Redefining "Friend"

I noticed something interesting today. “Friendships” have taken on a new meaning with the onset of social networking. Now, clearly this isn’t breaking news. Everyone knows that a “friend” on Facebook is not necessarily someone you even know. If you’ve ever played any of the Facebook app games like Battle Stations, you’ll notice that friends help you get ahead in the game. Playing that game caused an influx of 20-30 friend requests per day. Initially, I accepted them all with a Limited Profile limitation on them. Then I realized that was stupid, and I removed them all. Now I’m proud to say that my Facebook friends are only people I actually know and have spoken to, whether in person or online.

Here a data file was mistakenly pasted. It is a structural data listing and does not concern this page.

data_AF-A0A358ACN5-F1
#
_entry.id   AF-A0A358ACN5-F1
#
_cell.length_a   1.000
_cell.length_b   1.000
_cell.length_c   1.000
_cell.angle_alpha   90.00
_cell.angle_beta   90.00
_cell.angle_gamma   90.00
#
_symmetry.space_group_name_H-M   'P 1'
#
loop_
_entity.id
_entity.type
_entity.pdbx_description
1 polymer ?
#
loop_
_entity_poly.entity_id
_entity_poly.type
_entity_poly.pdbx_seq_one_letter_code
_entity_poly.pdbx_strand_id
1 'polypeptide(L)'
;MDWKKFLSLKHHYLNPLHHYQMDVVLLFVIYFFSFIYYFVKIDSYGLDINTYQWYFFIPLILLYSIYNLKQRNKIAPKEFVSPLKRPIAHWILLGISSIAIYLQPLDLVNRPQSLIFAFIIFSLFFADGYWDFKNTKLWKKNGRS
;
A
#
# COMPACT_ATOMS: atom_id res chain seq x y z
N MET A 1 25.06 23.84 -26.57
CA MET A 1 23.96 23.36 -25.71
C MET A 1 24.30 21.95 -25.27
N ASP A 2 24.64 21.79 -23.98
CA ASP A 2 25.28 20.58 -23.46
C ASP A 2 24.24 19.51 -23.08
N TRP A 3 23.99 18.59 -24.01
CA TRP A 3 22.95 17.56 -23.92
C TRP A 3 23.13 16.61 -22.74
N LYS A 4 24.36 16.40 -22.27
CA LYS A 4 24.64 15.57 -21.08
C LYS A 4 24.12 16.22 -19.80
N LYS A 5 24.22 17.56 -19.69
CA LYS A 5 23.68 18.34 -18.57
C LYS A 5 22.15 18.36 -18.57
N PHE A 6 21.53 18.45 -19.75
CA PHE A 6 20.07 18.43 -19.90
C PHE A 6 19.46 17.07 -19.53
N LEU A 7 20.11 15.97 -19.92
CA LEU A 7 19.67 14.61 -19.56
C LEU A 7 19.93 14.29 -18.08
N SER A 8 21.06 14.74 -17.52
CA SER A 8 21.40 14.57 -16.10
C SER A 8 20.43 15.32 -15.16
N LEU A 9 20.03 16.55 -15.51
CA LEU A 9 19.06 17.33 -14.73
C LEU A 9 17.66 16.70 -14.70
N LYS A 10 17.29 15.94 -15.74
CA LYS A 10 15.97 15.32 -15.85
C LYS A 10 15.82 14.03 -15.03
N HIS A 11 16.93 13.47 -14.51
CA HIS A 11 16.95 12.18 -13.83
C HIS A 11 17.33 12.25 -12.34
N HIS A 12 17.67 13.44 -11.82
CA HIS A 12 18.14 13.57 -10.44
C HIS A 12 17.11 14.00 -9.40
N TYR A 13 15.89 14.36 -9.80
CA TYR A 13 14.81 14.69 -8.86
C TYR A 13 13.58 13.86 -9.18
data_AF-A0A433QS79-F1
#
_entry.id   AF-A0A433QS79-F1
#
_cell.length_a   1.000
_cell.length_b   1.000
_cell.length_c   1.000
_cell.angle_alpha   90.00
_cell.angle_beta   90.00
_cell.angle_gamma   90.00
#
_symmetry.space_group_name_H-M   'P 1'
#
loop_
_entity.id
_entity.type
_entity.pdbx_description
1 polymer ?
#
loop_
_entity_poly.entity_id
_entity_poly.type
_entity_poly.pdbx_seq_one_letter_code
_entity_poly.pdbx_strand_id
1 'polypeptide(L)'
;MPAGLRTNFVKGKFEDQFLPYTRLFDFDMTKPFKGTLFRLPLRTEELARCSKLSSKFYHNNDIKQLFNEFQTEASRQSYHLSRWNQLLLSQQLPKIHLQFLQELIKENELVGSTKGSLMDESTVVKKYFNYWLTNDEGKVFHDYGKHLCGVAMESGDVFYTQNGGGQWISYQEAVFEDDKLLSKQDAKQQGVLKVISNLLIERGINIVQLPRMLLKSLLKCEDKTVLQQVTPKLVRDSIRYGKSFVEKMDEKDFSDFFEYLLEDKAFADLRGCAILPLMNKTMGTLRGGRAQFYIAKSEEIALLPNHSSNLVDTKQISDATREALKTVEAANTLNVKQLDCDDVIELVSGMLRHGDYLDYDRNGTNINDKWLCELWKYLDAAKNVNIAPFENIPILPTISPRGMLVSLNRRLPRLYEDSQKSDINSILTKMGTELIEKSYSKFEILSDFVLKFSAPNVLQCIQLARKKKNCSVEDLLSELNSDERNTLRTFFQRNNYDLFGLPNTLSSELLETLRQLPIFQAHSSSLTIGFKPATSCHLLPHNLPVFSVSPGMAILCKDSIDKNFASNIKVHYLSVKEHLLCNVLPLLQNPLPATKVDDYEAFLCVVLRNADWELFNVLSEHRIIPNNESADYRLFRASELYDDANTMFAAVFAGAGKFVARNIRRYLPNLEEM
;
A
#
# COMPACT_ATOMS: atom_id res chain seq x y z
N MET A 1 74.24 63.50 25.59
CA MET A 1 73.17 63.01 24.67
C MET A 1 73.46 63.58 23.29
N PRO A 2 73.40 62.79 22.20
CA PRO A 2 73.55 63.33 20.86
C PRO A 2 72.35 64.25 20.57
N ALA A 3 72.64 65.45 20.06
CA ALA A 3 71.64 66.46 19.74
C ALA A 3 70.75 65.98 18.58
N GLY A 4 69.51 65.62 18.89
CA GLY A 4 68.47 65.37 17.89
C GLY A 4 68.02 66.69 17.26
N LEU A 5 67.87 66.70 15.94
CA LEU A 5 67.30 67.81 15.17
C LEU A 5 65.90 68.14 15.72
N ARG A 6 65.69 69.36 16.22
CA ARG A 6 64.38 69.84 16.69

So why do I say that the definition changed? Well, today, I spoke for a while with an online acquaintance of mine. She had recently been hired by a gaming company, and we spent much of the day talking at random points about random things. I had known who she was before this job, and I had definitely taken a liking to her, but not until today did we actually speak one-on-one, instead of through a public forum. Anyways, tonight I received a friend request from her on Facebook. I accepted it without thinking twice, and before I realized what I was doing, I switched over to LinkedIn to see if she was there, and if I could add her there as well. It seems that we now have this duty to make sure that any form of social networking site we’re a part of knows that we’ve made a new friend. There’s no reason why I should have been jumping from site to site making sure my new friend was added on all of them. But somehow, I’ve now been trained to think that that’s the proper thing to do. It was a weird experience, that’s all.

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